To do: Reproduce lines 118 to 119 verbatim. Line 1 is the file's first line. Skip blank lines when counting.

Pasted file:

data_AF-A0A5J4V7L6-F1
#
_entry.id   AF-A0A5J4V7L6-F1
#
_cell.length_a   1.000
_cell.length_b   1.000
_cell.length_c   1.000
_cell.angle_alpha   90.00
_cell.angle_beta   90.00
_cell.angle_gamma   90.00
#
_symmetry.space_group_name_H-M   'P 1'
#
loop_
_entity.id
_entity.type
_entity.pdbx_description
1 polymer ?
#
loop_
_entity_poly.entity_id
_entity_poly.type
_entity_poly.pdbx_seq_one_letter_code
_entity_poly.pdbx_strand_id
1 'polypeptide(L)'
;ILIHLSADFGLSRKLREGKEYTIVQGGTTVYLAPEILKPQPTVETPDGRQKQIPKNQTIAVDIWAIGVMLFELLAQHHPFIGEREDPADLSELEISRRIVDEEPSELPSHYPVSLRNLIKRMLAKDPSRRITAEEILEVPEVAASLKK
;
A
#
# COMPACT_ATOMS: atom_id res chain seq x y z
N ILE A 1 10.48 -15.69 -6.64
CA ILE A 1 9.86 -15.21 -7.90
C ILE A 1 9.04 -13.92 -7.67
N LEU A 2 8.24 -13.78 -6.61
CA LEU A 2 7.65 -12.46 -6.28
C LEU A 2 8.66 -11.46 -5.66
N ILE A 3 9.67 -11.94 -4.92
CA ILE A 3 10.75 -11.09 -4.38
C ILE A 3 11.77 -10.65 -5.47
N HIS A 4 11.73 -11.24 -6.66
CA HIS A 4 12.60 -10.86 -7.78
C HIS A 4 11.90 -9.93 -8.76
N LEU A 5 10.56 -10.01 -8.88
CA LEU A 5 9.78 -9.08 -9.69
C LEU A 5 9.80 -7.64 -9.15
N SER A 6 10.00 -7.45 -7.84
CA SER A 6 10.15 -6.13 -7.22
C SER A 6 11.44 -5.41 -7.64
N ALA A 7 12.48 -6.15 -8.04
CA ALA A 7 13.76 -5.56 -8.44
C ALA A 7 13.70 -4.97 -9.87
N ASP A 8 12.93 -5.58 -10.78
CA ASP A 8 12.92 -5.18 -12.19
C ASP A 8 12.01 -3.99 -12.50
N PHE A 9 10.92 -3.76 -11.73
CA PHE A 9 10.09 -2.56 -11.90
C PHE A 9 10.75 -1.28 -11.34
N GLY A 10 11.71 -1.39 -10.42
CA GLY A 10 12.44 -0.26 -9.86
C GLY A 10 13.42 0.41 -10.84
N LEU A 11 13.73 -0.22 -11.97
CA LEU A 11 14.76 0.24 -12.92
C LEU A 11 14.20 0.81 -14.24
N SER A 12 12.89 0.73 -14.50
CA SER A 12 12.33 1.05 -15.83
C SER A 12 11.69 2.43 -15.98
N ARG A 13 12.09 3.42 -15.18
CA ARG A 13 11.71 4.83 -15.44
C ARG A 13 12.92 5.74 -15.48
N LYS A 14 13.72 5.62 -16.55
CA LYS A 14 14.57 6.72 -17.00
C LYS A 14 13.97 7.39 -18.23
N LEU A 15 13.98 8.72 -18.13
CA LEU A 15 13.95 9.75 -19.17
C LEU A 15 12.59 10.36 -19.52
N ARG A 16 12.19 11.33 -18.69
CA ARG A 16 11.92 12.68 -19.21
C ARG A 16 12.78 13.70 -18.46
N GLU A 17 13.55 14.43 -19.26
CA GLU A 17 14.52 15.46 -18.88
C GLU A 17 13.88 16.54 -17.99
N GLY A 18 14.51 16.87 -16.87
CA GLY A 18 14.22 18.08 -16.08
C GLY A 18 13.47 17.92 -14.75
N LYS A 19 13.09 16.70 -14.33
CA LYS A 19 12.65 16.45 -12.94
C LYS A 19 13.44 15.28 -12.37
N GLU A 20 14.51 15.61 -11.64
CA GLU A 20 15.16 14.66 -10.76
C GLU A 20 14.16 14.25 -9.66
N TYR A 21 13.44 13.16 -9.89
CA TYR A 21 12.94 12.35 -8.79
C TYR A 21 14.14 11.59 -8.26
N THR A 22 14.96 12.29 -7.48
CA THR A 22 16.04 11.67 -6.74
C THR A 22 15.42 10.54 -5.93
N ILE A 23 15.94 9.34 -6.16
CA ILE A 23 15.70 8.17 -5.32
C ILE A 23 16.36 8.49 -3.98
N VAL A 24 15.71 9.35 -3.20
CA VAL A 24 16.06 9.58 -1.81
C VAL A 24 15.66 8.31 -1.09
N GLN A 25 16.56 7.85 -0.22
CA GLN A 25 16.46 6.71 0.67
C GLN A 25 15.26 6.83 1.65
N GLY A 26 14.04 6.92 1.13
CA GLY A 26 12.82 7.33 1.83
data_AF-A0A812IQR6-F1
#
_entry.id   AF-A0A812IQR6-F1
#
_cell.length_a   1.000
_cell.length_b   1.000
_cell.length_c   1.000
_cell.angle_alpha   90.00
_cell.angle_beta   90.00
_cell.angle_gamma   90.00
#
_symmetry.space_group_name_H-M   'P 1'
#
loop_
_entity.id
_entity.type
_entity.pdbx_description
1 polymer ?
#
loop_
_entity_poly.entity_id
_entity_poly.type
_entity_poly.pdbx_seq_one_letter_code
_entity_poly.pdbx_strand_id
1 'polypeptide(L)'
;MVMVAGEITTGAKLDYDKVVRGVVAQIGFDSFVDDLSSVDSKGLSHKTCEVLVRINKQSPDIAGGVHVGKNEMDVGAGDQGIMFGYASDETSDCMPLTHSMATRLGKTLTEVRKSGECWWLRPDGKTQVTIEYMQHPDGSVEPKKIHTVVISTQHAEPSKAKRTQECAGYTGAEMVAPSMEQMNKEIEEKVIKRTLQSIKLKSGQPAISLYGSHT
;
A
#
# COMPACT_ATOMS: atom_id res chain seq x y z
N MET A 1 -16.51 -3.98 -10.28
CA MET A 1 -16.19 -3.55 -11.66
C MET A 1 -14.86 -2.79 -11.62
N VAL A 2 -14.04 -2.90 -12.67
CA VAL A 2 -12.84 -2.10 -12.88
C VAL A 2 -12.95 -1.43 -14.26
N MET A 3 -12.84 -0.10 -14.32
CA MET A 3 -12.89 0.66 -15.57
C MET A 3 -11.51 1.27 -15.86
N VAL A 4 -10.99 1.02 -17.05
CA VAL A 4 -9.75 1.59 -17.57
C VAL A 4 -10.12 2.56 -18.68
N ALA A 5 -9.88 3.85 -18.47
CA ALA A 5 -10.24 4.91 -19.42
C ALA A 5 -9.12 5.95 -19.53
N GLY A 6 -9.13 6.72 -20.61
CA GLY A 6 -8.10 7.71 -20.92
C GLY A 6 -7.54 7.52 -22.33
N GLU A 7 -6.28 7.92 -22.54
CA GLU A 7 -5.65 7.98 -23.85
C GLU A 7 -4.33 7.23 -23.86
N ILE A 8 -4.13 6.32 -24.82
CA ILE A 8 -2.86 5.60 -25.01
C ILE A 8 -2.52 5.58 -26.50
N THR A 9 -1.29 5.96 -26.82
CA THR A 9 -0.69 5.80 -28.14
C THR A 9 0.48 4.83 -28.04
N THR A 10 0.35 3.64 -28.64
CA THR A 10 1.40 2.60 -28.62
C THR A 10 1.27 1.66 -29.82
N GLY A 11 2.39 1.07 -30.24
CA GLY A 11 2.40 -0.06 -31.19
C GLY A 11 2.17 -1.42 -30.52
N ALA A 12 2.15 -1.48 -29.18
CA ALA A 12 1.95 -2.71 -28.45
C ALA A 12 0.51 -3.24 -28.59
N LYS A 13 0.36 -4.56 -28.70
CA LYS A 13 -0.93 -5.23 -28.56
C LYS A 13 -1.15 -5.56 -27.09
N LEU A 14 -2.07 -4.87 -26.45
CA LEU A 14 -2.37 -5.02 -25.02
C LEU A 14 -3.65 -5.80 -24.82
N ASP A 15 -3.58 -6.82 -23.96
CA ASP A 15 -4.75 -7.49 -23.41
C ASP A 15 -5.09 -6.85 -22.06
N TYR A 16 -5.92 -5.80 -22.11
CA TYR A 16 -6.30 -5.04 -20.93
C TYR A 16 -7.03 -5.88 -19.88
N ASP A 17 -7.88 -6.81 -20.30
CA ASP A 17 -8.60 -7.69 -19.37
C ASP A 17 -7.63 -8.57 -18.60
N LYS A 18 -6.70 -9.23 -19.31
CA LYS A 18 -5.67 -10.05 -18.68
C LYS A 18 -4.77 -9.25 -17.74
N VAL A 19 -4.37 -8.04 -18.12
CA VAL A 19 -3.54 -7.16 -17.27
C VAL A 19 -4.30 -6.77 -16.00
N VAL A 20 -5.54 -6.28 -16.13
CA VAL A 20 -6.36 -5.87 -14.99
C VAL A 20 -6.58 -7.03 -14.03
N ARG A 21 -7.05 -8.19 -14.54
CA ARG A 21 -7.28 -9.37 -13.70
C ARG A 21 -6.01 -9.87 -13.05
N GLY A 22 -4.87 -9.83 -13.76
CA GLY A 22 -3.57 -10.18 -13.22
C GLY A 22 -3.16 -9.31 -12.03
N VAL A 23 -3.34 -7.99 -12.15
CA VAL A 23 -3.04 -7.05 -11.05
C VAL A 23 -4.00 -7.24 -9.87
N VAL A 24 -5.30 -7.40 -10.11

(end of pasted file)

#
_symmetry.space_group_name_H-M   'P 1'